Shoulders slumping? Try these poses for better posture.
Many of us find ourselves sitting at a desk for 8 hours or more each day at work, and you may find yourself ignoring the rules or ergonomics when it comes to keeping good posture. The consequences of this little oversight can include rounded shoulders, poor digestion, and back and neck pain, among other health concerns. But, never fear! Poor posture can be corrected through yoga.
Check out the 5 poses below for better posture and a healthier you!
By Arielle Rabier
1. Extended Puppy Pose
Start in child’s pose. Extend the arms long in front of you and rest the forehead on the ground. Enjoy five to ten breaths here, then lift up onto your hands and knees, aligning the shoulders over the wrists and hips over the knees. While keeping the hips over the knees, walk the hands out in front of you without letting the elbows touch the ground. Rest your forehead on the floor and reach your tailbone up and back while keeping a slight curve in your lower back. Press the hands down and stretch through the arms while pulling your hips back toward your heels. Hold for five to ten breaths.
2. Upward Facing Dog
Place the hands under the shoulders and press the tops of the feet down as you press into the palms to extend the arms and lift the chest, lower ribs, and thighs off the ground. Draw the shoulder blades together, allowing the chest to broaden, and puff the side ribs forward. Externally rotate the upper arm bones so the elbow creases point forward, draw the tailbone down towards the heels, lift through the quadriceps, and relax the buttocks. Lift the chin slightly to keep the neck aligned with the spine and avoid compressing the low back. Hold for five breaths.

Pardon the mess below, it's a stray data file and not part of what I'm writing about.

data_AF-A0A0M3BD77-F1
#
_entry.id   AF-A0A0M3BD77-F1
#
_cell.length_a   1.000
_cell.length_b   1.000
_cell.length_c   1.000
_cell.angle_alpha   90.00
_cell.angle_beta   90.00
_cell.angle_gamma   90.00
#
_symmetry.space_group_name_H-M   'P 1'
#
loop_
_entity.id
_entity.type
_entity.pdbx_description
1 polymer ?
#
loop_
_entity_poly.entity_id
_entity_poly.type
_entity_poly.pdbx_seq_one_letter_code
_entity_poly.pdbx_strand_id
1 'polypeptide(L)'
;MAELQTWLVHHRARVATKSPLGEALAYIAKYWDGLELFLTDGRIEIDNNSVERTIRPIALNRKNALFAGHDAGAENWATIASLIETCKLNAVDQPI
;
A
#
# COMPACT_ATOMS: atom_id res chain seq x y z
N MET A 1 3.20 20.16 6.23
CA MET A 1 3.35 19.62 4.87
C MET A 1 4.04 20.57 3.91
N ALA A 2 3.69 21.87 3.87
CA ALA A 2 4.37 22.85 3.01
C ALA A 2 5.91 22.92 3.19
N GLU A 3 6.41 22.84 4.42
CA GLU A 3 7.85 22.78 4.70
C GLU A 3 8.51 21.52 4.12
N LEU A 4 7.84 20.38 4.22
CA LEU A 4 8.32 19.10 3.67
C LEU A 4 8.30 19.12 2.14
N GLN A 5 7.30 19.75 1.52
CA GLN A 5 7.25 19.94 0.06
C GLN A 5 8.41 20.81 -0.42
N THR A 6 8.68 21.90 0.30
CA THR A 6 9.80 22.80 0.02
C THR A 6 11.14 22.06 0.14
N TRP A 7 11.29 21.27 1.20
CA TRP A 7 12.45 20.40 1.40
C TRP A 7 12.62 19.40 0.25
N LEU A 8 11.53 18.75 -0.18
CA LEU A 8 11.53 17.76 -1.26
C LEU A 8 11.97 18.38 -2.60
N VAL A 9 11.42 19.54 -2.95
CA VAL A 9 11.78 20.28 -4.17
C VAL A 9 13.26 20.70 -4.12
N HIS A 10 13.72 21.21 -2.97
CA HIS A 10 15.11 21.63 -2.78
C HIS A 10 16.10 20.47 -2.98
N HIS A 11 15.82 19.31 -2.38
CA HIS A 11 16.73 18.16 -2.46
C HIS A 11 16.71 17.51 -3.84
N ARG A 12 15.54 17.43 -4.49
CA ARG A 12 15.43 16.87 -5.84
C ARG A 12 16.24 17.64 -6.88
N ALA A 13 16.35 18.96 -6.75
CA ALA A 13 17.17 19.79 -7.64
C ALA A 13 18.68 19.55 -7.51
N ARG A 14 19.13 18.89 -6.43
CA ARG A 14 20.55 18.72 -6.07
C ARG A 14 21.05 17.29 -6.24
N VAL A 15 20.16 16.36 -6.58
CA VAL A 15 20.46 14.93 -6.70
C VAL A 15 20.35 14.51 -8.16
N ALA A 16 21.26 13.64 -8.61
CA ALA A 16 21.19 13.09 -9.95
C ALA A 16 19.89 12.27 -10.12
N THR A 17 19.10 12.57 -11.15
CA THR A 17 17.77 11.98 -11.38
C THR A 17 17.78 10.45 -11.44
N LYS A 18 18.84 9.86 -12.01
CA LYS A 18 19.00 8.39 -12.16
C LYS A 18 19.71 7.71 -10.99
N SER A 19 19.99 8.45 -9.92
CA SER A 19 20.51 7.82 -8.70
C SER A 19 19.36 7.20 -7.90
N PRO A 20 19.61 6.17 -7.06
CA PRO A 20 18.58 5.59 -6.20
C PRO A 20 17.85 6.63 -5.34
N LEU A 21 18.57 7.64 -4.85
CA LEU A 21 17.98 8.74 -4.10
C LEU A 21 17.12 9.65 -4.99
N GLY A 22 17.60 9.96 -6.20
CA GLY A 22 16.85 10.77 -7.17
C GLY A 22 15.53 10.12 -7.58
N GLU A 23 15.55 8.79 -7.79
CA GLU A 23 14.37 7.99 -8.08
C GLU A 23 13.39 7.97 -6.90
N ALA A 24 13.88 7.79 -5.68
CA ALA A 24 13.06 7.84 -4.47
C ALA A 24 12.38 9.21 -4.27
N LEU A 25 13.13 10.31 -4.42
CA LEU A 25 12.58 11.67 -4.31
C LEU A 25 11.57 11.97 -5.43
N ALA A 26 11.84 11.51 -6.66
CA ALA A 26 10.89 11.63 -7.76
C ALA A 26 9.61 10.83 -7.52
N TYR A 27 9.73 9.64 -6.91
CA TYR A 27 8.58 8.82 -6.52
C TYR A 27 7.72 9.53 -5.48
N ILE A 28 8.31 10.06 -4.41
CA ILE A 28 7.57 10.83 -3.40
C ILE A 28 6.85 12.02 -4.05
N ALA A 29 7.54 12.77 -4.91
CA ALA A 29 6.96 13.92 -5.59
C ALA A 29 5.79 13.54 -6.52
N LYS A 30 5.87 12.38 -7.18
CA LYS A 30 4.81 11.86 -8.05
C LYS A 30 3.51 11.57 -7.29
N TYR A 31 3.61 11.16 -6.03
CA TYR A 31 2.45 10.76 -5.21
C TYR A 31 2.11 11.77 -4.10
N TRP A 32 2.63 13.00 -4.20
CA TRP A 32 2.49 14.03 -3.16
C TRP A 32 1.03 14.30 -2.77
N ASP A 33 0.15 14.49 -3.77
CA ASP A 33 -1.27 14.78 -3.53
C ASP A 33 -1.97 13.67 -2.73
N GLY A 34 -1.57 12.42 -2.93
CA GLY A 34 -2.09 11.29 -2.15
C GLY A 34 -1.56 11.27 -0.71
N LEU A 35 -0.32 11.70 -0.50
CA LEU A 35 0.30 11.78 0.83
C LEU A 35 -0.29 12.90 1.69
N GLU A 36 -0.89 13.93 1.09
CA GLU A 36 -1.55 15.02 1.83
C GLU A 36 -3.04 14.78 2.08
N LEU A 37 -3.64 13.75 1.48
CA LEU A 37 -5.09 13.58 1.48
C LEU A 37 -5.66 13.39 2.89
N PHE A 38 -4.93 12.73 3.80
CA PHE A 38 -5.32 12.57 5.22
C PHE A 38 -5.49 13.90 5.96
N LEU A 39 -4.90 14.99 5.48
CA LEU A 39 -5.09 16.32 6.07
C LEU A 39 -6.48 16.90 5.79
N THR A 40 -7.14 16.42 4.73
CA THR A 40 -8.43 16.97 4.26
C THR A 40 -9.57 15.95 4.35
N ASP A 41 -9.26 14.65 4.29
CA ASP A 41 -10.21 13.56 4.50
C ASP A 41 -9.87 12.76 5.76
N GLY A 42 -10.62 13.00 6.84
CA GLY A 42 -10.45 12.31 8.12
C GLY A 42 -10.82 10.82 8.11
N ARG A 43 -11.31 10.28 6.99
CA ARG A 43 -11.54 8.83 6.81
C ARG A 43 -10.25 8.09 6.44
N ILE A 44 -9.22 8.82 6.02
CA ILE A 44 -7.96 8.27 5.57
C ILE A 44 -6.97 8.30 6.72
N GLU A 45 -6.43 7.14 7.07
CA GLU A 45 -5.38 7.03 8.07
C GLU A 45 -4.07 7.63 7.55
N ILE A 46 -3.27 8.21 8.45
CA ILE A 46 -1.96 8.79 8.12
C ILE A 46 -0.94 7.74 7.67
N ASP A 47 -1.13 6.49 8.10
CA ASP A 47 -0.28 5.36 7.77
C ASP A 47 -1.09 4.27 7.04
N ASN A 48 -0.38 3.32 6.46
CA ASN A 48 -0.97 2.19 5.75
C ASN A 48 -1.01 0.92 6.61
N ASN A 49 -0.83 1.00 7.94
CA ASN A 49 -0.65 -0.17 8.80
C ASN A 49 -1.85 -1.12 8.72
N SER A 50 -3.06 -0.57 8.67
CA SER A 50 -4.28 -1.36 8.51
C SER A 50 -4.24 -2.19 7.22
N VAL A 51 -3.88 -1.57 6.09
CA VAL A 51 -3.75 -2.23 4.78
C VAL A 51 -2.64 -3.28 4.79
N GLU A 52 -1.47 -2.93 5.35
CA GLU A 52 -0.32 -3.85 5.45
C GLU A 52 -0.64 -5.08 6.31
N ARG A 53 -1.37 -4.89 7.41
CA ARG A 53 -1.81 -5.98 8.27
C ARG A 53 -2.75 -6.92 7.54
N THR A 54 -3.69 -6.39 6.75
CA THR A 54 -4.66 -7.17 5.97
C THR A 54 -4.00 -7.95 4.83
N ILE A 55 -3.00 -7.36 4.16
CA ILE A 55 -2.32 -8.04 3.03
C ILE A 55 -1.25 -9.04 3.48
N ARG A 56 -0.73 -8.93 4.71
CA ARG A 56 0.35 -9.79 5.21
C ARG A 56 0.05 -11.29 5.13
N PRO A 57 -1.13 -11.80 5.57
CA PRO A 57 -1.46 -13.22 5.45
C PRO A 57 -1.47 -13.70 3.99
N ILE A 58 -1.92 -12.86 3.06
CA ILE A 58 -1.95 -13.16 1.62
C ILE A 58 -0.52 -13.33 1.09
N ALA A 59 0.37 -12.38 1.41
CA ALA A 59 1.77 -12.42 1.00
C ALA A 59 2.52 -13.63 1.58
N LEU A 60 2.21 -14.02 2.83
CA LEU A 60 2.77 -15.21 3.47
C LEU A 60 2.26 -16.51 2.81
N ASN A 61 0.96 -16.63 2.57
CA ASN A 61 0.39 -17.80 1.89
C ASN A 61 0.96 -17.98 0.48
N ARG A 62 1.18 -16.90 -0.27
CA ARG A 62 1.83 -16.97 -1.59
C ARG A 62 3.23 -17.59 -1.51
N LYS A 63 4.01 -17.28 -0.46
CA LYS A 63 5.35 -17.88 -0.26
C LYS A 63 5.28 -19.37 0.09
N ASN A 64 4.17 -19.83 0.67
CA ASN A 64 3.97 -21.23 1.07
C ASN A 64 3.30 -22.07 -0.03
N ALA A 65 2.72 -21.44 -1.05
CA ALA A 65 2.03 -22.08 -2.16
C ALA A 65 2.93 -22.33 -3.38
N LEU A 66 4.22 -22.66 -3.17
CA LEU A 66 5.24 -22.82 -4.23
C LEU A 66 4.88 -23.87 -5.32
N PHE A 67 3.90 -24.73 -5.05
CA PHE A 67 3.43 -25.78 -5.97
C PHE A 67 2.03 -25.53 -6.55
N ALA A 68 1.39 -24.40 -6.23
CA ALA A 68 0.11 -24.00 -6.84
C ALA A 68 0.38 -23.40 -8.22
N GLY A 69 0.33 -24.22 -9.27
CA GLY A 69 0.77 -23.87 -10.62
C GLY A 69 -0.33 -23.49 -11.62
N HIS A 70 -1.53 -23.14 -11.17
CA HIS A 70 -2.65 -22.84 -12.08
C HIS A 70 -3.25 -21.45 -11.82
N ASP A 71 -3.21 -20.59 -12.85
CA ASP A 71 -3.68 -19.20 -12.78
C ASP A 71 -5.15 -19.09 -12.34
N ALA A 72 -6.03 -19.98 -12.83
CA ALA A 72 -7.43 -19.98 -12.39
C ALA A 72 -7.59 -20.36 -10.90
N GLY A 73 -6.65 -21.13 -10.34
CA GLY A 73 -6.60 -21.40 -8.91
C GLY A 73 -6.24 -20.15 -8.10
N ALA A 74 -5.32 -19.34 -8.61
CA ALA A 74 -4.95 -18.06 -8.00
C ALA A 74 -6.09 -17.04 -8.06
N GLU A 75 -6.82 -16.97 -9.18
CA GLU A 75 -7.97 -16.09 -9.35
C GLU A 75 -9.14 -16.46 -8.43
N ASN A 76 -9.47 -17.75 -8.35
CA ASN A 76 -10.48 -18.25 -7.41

3. Humble Warrior
Move into Warrior I by pointing both hip bones to the top of your mat. Draw the right hip back and send the left hip forward. For this variation, widen your stance so the feet are hip-width apart for better balance. Interlace your hands behind your back (use a belt or strap if the palms don’t connect). Inhale and extend your arms, reaching the fists down and lifting the heart. Exhale as you hinge forward at the hips, resting your chest on the front thigh. Breathe into the space between the shoulder blades, relax the crown of the head down and create more distance between the fists and the low back. Do your best to keep the back leg straight, a 90-degree bend in the front knee, and level hips. After five breaths inhale up to standing.
4. Bridge Pose
Lie on your back and extend your arms alongside the body. Bend your knees and walk your heels closer to your seat, keeping the legs hip-width apart. Exhale and press your feet and arms into the ground as you lift the hips off the floor. Rotate the pelvis so the tailbone is tilting toward the knees and thighs stay parallel. Interlace your hands underneath the body, extend the arms as you draw the shoulder blades together, and roll onto the shoulder mounds; press the pinky fingers into your mat. Use the strength of your legs to bring the hips a little higher and the chest closer to the chin. After five breaths, release the hands wider then the body and roll your spine down to the ground. Lower your knees to the right and left repeatedly to release the lower back.
5. Bow Pose
Lie on your belly with your hands alongside the body. Rest your forehand on the mat, bend the knees, and reach back for your ankles. Inhale, keeping knees parallel as you begin to press the ankles into the hands, causing the chest to lift off the floor. Engage the abdomen and breathe into the rib cage. Keep the neck in line with the spine by tucking the chin slightly. Allow the chest to open and draw the shoulder blades down the back. After four or five breaths, release with an exhale. Option to repeat this pose two or three additional rounds.
All photos courtesy of Jackelyn Ho.
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